Christmas is a crazy time of year! The house is full of extra food, decorations, gift wrap, presents and, often (but maybe not this year!) people. It can be very hard to keep an eye on everything and maintain a tidy and organised home!
And the absolute last thing you want is an emergency trip to the vets because your pet has got themselves into a festive fandango!
So, here are a few of the most frequent reasons why I see my patients at this time of year and how you can avoid them!
This is the most common poisoning we see in pets at Christmas. The ingredients toxic to them are the cocoa solids, and the darker the chocolate, the higher these are. This means that white chocolate is more or less safe (but will cause tummy upsets, so please don’t give it to them!), milk chocolate can be problematic but it depends on how much they eat, and dark chocolate is the one which most often causes problems, particularly in small dogs because the toxic dose is weight dependent.
Chocolate is everywhere at this time of year and although it is hard, it is really important to keep it out of the reach of curious noses. Don’t put any edible gifts under the tree because our pets will have no problem in helping themselves, also remember to hang any chocolate decorations well out of their reach and make sure any bowls of (human!) treats are not placed anywhere they could be snaffled.
If your pet does manage to eat chocolate, keep the packaging and call your vet straight away. We will ask you for the amount of cocoa solids present, this will be on the ingredient list, and then calculate if the amount eaten is going to be problematic or not.
If you miss the present raid and come across your pet looking guilty a few hours later, it is still not too late to phone for help. Chocolate acts as a huge stimulant to our pets, like a major caffeine hit, so signs to look out for include panting, pacing, agitation, shaking, vomiting, diarrhoea and even fitting.
Treatment for chocolate toxicity normally includes making animals vomit, giving them detox meds and potentially hospitalising them on a drip for severe cases.
This is an obvious one, but even with the best of intentions, we can get caught out! Think about how many things contain alcohol at this time of year and also how it doesn’t often taste very alcoholic. Creamy drinks like Bailey’s for example, could be attractive to cats, especially if they are left out on the table after a long day of celebrating!
Alcohol can cause our pets to be very poorly as they are far more sensitive to its effects than we are.
The fact that raisins and grapes are problematic for our pets is luckily becoming common knowledge, but equally many people take this information with a pinch of salt because they have fed them to pets as treats and never seen an issue.
This is because of how a pet reacts to grapes or raisins is very individual and we don’t actually know the mechanism by which they cause a problem. Current theories revolve around it being some sort of fungus on the surface of the fruit, which could explain why some dogs are fine and others very sick, even if they eat only a small amount.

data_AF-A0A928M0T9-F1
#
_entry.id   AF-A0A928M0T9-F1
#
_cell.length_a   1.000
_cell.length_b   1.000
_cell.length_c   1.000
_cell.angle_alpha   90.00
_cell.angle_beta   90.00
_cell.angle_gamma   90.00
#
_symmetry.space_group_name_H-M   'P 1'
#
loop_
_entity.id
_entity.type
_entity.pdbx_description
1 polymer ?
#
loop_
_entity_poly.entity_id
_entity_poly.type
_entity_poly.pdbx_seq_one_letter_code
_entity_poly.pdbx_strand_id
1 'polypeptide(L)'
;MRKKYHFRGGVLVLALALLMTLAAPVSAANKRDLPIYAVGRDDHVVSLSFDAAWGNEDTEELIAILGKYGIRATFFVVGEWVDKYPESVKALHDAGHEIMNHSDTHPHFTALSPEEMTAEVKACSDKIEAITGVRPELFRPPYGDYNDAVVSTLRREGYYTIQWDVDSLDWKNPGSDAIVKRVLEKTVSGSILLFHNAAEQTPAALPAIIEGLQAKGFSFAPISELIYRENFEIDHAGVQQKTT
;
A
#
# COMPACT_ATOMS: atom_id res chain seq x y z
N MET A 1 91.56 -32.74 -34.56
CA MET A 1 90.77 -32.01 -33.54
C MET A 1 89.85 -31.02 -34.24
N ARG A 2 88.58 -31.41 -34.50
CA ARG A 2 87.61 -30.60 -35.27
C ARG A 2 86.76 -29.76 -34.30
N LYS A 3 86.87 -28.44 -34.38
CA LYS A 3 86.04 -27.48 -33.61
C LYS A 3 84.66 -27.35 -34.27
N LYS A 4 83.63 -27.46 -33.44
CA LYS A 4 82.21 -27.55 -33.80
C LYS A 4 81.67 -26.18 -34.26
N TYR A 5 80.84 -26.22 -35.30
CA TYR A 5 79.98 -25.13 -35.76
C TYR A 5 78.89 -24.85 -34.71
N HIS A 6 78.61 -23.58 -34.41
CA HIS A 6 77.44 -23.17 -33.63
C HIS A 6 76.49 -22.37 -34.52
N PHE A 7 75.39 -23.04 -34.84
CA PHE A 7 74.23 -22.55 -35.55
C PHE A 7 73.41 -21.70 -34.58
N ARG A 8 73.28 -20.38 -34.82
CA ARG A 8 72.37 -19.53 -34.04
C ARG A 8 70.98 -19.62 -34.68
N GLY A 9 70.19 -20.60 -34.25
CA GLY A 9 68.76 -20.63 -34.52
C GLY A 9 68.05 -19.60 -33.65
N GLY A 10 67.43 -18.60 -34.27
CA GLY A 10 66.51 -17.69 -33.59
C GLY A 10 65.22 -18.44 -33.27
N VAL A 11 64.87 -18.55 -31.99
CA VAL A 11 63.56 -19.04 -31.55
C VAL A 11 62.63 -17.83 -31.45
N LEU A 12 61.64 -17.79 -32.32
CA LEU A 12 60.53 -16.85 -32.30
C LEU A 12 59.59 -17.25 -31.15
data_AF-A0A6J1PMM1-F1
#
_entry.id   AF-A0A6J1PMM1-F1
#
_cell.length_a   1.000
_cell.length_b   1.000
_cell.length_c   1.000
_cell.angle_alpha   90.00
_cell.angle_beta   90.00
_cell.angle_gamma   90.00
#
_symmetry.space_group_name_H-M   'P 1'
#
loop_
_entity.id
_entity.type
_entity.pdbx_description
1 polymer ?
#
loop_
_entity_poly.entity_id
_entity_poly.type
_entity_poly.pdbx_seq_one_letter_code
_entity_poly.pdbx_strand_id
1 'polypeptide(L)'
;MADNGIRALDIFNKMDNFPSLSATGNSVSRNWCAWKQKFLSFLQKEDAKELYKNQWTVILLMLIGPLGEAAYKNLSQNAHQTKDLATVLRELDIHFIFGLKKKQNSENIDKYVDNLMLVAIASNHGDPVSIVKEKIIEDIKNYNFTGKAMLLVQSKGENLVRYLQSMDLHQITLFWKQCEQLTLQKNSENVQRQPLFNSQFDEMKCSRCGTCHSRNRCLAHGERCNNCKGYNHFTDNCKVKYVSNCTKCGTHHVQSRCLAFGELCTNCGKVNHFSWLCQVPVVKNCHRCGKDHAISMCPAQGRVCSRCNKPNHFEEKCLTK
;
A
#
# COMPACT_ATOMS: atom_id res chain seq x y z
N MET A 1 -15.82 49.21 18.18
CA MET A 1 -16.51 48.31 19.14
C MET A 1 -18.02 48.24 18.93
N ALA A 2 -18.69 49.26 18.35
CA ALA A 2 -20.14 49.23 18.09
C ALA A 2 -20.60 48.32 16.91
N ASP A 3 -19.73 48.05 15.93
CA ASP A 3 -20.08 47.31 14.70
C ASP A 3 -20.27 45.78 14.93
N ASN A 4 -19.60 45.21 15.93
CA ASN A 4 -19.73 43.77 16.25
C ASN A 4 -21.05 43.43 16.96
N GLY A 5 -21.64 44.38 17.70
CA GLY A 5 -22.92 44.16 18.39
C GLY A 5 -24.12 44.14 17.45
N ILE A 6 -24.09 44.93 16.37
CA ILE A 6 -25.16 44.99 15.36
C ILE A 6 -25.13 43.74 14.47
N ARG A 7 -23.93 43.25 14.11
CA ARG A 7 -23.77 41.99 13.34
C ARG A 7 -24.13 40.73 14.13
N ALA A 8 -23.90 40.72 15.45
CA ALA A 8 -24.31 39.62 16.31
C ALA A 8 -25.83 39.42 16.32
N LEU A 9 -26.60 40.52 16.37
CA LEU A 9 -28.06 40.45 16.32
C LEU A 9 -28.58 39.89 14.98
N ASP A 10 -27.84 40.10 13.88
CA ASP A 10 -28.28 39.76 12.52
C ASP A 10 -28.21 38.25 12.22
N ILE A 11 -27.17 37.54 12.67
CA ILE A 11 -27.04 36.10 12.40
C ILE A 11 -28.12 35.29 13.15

However, poisoning does occur and can lead to kidney damage, which can be extremely serious. Your vet will discuss the risks and options with you, but in most cases, pets need blood tests, medications, and potentially a prolonged hospital stay on a drip.
So, this is definitely one where prevention is better than cure! Make sure to keep all the Christmas cake, pudding, mince pies and other festive sweet snacks well away from your animals.
We all know that batteries shouldn’t be eaten, but our pets don’t know that, and sometimes they do eat them!
Smaller AA / AAA batteries can actually pass through the system without too many problems, provided they aren’t punctured, which they often are because of the tendency to be chewed before they go down. Even then, it is possible they will pass through the system and just supportive care is required but some will need surgical removal.
The button batteries are the really concerning ones here, they can generate a current when they come into contact with flesh and cause horrible internal burns and damage.
It’s hard in the craziness of present unwrapping and setting up to keep an eye on all the batteries included, but it is extremely important!
Of course, we all want to spoil our pets at Christmas and involve them in the festivities. They absolutely should have some gifts under the tree and they can certainly join in with Christmas dinner - as long as they aren’t given anything too rich!
We often underestimate how difficult to digest our food is for animals and most of the things on our plates at this time of year will be loaded with fats and calories that they just aren’t used to dealing with. Which means that sharing like-for-like will only result in an upset tummy and you cleaning up vomit or diarrhoea on Boxing Day!
Also, onions, leeks and garlic are actually toxic to pets and can cause the red blood cell levels to drop, so avoid anything containing these vegetables, either in their natural or powdered form.
So, while you tuck in to pigs-in-blankets, roast potatoes and lashings of gravy, offer your pets a small bowl of lean meat and some plain vegetables. They will enjoy their meal just as much as you do yours, but without any of the regret the next day!
I, and the whole team at Zoflora, wish you, your family and your pets a very happy Christmas and a wonderful 2021!